Today (September 25, 2023), the Australian government issued its - Working Future: The Australian Government’s…
Today the latest Labour Force data came out from the ABS and it surprised everyone who watches these releases. Employment is up (full-time stronger than part-time); working hours are up; participation is up, unemployment is down and the demand-side outstripped the supply-side, so the unemployment rate falls by 0.1 percentage points. Everything about that is good. Several commentators are now saying that the RBAs decision on Wednesday to put the short-term interest rate up is now vindicated. I don’t think so. Things remain grim and that last thing we need now is any contractionary policy impulse.
The summary results from the September Labour Force estimates are:
- Employment rose by 40,600 but the surprise was that full-time employment increases dominated – 35,400 extra full-time jobs compared to 5,200 extra part-time jobs.
- Unemployment fell by 3,800 and participation increased by 0.1 percentage points.
- The rising demand for labour was greater than the rising supply – and so the official unemployment rate decreased 0.1 pt to 5.7 per cent.
- Finally, working hours rose by 13.4 million hours (or 0.8 per cent).
To guage what might be happening with underemployment I worked out how much of the extra hours was due to the extra full-time jobs and/or rising hours in part-time work. Between August and September total working hours rose by 13403.6 million. If we convert the rise in full-time employment (35,400 thousand) into hours and express that as a percentage of the change in working hours we find that 45.7 per cent of the 13.4 million can be explained by increased full-time jobs.
So the tentative conclusion at this stage is that part-time workers are being offered more hours because the 7.2 million extra hours unaccounted for by the full-time rise cannot be explained by the modest increase in part-time employment over the month. Of-course, you cannot be sure that the extra hours are being given to those who desire more hours but it is probable.
So with participation rates up, unemployment down and (probably) underemployment down – one tentatively concludes that total labour underutilisation fell in the month of September – if so, that is good news.
The following graph plots the evolution of the main employment aggregates since the downturn began in February 2008 indexed to 100 at that date. The aggregates are Aggregate monthly hours worked (blue line), total employment (red line), full-time employment (green line), and part-time employment (purple line).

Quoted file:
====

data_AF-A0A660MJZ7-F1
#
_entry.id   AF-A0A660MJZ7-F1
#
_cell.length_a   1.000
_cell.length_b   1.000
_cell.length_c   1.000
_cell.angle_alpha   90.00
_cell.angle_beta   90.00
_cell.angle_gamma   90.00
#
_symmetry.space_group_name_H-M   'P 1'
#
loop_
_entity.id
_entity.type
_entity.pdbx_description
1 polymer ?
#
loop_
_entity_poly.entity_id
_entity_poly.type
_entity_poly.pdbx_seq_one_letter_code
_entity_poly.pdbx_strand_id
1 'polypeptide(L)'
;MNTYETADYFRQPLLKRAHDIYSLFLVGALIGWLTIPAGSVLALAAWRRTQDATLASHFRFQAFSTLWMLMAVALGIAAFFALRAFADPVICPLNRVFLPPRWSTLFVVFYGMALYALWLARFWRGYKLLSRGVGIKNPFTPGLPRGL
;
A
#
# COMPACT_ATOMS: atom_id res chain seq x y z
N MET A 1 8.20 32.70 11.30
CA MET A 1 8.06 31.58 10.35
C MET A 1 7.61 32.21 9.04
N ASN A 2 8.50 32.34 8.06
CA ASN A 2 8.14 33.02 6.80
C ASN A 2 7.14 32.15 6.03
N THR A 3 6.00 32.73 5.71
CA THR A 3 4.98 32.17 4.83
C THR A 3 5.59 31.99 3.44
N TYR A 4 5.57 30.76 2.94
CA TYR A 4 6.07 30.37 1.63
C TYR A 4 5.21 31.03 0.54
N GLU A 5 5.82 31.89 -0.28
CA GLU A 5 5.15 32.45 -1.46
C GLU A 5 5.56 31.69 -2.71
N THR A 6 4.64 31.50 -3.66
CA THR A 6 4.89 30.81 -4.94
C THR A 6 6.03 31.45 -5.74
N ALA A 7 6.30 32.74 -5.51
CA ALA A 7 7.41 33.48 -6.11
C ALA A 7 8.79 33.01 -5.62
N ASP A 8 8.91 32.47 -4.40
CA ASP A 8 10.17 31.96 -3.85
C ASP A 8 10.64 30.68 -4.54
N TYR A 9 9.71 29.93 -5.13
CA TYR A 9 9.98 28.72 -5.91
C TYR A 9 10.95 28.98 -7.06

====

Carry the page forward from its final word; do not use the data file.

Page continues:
It shows why this is still the underemployment recession with total monthly working hours and full-time employment having contracted significantly while total employment has been held up by relatively strong part-time employment growth (albeit with less hours on offer overall).
The data is based on the Labour Force Survey which is subject to sampling variability. This means that in making the move from the sample estimate to the population estimate errors are introduced. Statisticians use the concept of a standard error to capture the variability that sampling involves. They also deploy the estimated standard errors to construct 95 per cent confidence intervals around the estimate published. So we can be fairly confident that the true value lies within the 95% confidence interval, which is expressed as an upper and lower value of the survey estimate.
The following table is taken from the ABS Labour Force publication and shows the estimate for April 2009 (middle column) and the 95% confidence interval for each of the labour force aggregates (right column). You can see that we could be equally certain that total employment rose by 100,600 as we could be that employment fell by 19,400 in September 2009. The estimated change was 40,600.
You will note that the upper bound on the unemployment rate change was still 0.3 percentage points which means that the expectation of it rising to 6 per cent (from 5.8 per cent) is as valid as the actual figure posted.
The point is that the monthly figures bounce around a fair bit and we will have to wait for another month or so before we can be sure we have reached the peak of the unemployment rate in this cycle. Let’s hope so.
|Labour Force category||Change Aug-Sep||Confidence Interval|
|Total Employment||40,600||-19,400 to 100,600|
|Total Unemployment||-3,800||-39,200 to 31,600|
|Unemployment rate||-0.1 pts||-0.5 pts to 0.3 pts|
|Participation rate||0.1 pts||-0.3 pts to 0.5 pts|
Examine the following graph which is taken from the package of charts that the RBA puts out after the Board meets to determine the interest rate each month. This particular chart is culled from the Output, Expenditure, Activity and Financial Conditions Indicators for the Australian Economy package.
It gives you an idea of why things are different this time around. Compare the fiscal expansion this downturn with that of the 1991 recession which at that time was the worst Australia had faced since the Great Depression. It is clear that the fiscal response was much quicker this time around and came before the labour market had deteriorated considerably.